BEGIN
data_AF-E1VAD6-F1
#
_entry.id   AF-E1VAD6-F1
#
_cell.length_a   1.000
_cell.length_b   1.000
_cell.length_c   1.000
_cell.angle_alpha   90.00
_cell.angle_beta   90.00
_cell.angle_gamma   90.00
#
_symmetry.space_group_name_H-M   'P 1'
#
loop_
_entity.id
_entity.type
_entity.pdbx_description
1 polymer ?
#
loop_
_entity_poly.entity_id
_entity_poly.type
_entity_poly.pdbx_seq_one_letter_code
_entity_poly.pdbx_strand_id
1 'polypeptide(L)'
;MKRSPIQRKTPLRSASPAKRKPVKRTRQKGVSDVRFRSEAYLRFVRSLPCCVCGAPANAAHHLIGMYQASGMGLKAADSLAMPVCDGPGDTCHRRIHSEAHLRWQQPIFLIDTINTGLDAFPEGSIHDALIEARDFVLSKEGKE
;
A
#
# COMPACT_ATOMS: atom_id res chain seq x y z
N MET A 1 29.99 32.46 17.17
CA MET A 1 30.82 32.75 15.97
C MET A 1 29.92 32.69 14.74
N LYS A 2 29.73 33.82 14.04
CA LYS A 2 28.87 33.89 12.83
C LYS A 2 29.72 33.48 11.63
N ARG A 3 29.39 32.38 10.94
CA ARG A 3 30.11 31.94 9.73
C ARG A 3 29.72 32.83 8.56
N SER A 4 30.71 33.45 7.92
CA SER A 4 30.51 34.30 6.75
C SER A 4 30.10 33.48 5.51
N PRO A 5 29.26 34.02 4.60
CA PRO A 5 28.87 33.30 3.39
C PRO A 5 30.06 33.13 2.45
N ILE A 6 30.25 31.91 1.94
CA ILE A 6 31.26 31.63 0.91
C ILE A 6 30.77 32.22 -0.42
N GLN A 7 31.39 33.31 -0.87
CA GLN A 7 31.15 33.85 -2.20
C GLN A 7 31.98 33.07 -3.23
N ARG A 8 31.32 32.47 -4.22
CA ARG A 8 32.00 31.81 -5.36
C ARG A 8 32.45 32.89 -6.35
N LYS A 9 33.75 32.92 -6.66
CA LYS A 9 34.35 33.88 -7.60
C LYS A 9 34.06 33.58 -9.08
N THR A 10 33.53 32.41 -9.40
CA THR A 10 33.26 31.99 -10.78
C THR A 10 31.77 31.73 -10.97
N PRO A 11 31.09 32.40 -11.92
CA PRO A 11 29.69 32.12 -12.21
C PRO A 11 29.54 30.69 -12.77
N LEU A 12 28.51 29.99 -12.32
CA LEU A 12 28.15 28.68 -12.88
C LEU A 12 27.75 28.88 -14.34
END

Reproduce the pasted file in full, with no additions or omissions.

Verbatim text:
data_AF-E1VAD6-F1
#
_entry.id   AF-E1VAD6-F1
#
_cell.length_a   1.000
_cell.length_b   1.000
_cell.length_c   1.000
_cell.angle_alpha   90.00
_cell.angle_beta   90.00
_cell.angle_gamma   90.00
#
_symmetry.space_group_name_H-M   'P 1'
#
loop_
_entity.id
_entity.type
_entity.pdbx_description
1 polymer ?
#
loop_
_entity_poly.entity_id
_entity_poly.type
_entity_poly.pdbx_seq_one_letter_code
_entity_poly.pdbx_strand_id
1 'polypeptide(L)'
;MKRSPIQRKTPLRSASPAKRKPVKRTRQKGVSDVRFRSEAYLRFVRSLPCCVCGAPANAAHHLIGMYQASGMGLKAADSLAMPVCDGPGDTCHRRIHSEAHLRWQQPIFLIDTINTGLDAFPEGSIHDALIEARDFVLSKEGKE
;
A
#
# COMPACT_ATOMS: atom_id res chain seq x y z
N MET A 1 29.99 32.46 17.17
CA MET A 1 30.82 32.75 15.97
C MET A 1 29.92 32.69 14.74
N LYS A 2 29.73 33.82 14.04
CA LYS A 2 28.87 33.89 12.83
C LYS A 2 29.72 33.48 11.63
N ARG A 3 29.39 32.38 10.94
CA ARG A 3 30.11 31.94 9.73
C ARG A 3 29.72 32.83 8.56
N SER A 4 30.71 33.45 7.92
CA SER A 4 30.51 34.30 6.75
C SER A 4 30.10 33.48 5.51
N PRO A 5 29.26 34.02 4.60
CA PRO A 5 28.87 33.30 3.39
C PRO A 5 30.06 33.13 2.45
N ILE A 6 30.25 31.91 1.94
CA ILE A 6 31.26 31.63 0.91
C ILE A 6 30.77 32.22 -0.42
N GLN A 7 31.39 33.31 -0.87
CA GLN A 7 31.15 33.85 -2.20
C GLN A 7 31.98 33.07 -3.23
N ARG A 8 31.32 32.47 -4.22
CA ARG A 8 32.00 31.81 -5.36
C ARG A 8 32.45 32.89 -6.35
N LYS A 9 33.75 32.92 -6.66
CA LYS A 9 34.35 33.88 -7.60
C LYS A 9 34.06 33.58 -9.08
N THR A 10 33.53 32.41 -9.40
CA THR A 10 33.26 31.99 -10.78
C THR A 10 31.77 31.73 -10.97
N PRO A 11 31.09 32.40 -11.92
CA PRO A 11 29.69 32.12 -12.21
C PRO A 11 29.54 30.69 -12.77
N LEU A 12 28.51 29.99 -12.32
CA LEU A 12 28.15 28.68 -12.88
C LEU A 12 27.75 28.88 -14.34